Q: You create games for a wide audience, from children's games to historical wargames. Is this a professional approach to cover various areas of the market, or has this grown over time according to your whims?

I hold a fondness for historical wargames, but these have become unsellable nowadays. Over time we also grow lazy and reading sixty pages of rules before starting a set-up session of over one hour does not attract me so much anymore. The market clearly evolves towards simpler and lighter games. As a professional, you must adapt to the market and follow the trend.

Q: The design process is quite different from designer to designer. What is your criteria to decide whether an idea is worth pursuing, to the point of making a prototype and starting to develop it?

The theme I chose must engage me enough to go all the way in the creative process. I often will read a book after I pick the theme to get some ideas and get my teeth into the theme.

Q: Some designers have started self-publishing, especially with platforms such as Kickstarter. Do you think this challenges the role of publishers and distributors, or do you see that as a new market, complimentary to the current one?

It's obvious that publishers and distributors must take into account this new phenomenon, which challenges their traditional work methods. Some publishers also use Kickstarter as a promotional platform, but where will that lead us in the long term? Will gamers eventually need to preorder all their games before they are released? I am convinced most players want to see and hold the game box before they open their wallet and consider making a purchase.

Q: Each year, hundreds of new games are released and it's harder and harder for a new game to get noticed. What do you make of this?

I try not to worry too much about it because it could block my creativity. On the other hand, I always check whether an idea has already been released in the recent past. There is no use creating a game that already exists. As a game designer, I try to get noticed by creating new concepts. A publisher once told me: We are looking for a game idea that will have us say "Wow!" This is obviously easier said than done.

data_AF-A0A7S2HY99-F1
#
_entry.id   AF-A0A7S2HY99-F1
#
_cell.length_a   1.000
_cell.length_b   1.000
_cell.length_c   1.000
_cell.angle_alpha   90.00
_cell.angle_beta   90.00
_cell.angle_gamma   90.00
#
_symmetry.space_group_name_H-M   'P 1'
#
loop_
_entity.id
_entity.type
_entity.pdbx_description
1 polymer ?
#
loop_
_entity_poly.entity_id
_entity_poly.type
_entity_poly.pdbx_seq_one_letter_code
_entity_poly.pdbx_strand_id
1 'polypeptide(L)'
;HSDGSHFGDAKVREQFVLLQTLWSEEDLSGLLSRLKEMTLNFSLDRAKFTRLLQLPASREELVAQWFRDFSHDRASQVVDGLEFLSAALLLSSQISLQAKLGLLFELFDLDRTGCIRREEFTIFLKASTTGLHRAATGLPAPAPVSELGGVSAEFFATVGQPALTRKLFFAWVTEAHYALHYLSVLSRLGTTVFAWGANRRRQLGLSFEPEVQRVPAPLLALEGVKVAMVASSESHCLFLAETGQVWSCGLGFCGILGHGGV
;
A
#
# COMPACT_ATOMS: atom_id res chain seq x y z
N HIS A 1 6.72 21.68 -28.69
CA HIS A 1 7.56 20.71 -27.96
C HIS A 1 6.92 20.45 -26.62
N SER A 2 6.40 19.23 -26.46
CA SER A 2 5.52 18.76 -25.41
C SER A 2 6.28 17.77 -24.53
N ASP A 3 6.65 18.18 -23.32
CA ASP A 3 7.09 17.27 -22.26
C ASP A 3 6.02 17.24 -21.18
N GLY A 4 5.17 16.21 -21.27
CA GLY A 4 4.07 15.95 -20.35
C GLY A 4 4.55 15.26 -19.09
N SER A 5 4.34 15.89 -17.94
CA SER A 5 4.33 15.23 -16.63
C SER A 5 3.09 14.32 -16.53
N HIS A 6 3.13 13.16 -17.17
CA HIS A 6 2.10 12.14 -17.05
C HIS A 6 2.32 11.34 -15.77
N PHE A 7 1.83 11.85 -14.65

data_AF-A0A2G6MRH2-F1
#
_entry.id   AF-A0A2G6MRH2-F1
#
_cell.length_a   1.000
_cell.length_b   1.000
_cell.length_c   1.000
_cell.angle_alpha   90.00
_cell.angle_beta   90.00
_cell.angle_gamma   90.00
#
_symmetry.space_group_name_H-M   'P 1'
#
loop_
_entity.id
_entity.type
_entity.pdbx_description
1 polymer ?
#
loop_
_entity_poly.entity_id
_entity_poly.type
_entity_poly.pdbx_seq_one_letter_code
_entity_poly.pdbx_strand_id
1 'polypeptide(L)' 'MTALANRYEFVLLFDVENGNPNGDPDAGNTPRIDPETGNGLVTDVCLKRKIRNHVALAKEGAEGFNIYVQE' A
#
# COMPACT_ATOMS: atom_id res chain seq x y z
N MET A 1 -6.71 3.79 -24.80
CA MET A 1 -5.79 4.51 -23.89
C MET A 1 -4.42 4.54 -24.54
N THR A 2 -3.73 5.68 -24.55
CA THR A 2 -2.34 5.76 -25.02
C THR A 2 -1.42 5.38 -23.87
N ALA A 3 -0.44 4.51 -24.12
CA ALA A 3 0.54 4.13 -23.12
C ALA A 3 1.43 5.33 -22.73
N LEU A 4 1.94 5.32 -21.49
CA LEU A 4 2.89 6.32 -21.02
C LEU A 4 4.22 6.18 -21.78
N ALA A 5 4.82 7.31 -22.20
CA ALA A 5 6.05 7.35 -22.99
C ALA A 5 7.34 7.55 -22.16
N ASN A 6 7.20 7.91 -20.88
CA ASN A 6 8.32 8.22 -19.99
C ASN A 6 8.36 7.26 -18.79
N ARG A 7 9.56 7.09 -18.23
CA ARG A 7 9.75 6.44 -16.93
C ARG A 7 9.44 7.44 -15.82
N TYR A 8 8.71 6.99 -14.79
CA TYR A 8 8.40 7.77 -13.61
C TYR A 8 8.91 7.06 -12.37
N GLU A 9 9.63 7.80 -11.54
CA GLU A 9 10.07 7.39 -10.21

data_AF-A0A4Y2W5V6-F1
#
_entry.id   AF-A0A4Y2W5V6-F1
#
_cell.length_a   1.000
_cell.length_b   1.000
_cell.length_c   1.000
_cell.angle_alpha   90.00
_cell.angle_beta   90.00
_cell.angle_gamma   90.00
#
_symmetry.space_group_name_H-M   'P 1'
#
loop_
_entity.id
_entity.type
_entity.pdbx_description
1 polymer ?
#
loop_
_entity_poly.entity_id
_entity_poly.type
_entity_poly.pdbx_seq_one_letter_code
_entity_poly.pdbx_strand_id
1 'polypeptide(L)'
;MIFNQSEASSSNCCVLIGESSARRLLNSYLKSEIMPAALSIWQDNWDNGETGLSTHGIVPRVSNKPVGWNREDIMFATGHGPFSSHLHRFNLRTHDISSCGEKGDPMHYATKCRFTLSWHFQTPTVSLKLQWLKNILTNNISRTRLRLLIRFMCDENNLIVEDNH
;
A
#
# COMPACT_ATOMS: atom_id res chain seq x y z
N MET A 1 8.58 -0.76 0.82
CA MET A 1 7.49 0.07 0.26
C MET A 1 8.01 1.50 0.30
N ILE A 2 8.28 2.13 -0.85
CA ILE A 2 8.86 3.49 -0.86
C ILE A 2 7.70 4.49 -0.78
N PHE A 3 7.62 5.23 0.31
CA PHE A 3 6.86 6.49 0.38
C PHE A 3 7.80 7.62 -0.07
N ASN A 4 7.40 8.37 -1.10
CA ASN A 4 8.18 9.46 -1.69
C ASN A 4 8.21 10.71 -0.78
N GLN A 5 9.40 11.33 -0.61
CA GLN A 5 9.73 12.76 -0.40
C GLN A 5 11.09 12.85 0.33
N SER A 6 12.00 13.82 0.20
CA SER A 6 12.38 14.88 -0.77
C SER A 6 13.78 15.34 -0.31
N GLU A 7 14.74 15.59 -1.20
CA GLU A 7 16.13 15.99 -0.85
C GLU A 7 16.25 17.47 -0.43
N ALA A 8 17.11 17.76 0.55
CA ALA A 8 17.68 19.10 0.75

Part 4: Graphic Design

During the whole development work, prototypes are usually quite ugly, using clip-art, hand drawn sketches, and pictures from the Internet. We need only enough elements to play and test the game engine. This is also where the rough layout of the game gels in place: board, tokens, cards, etc.

A card from the Robin prototype; the background illustration was a first sketch from artist Quentin Ghion

Once development work is done — or at least when it's far enough that the layout will not change anymore — a proper artist needs to step in and start graphic design for the game.

I started by discussing with Fréderic the overall style for the game's art. Once we agreed on the art style and tone we wanted, I wrote a graphical brief document that summarizes the game, explains the style we are looking for, and details all elements that need be illustrated. Such documents also have examples of images in the required style and sometimes a mood-board, a series of unrelated illustrations in different styles that's put together to help define the overall atmosphere for the project.

This graphical brief has several uses. First, I use it to confirm with the designer that we are on the same page with regard to the graphic design for the game. Then, I use it to contact artists, as a reference allowing them to assess the work required and provide a quotation. Then during the production of the art it will serve as a reference to make sure no item was forgotten and that we are still in line with what was commissioned.

I keep the portfolio addresses and contact info of artists I have been in contact with over time, and when I start a new project I browse these portfolios to find the artist best suited to the project. I then contact them with the graphical brief asking whether they are interested and available and what their fees would be.

For this project, I hesitated for a while between working with an established artist or with a newcomer. A few months ago, Quentin Ghion contacted me, fresh out of school. His portfolio, under the alias "LopSkull", had lots of potential, even though his style was different than what we were looking for — but that was also an opportunity as bringing an artist out of his comfort zone, to explore new territories, often brings interesting and original results. Furthermore constraints can springboard artistic talent and creativity.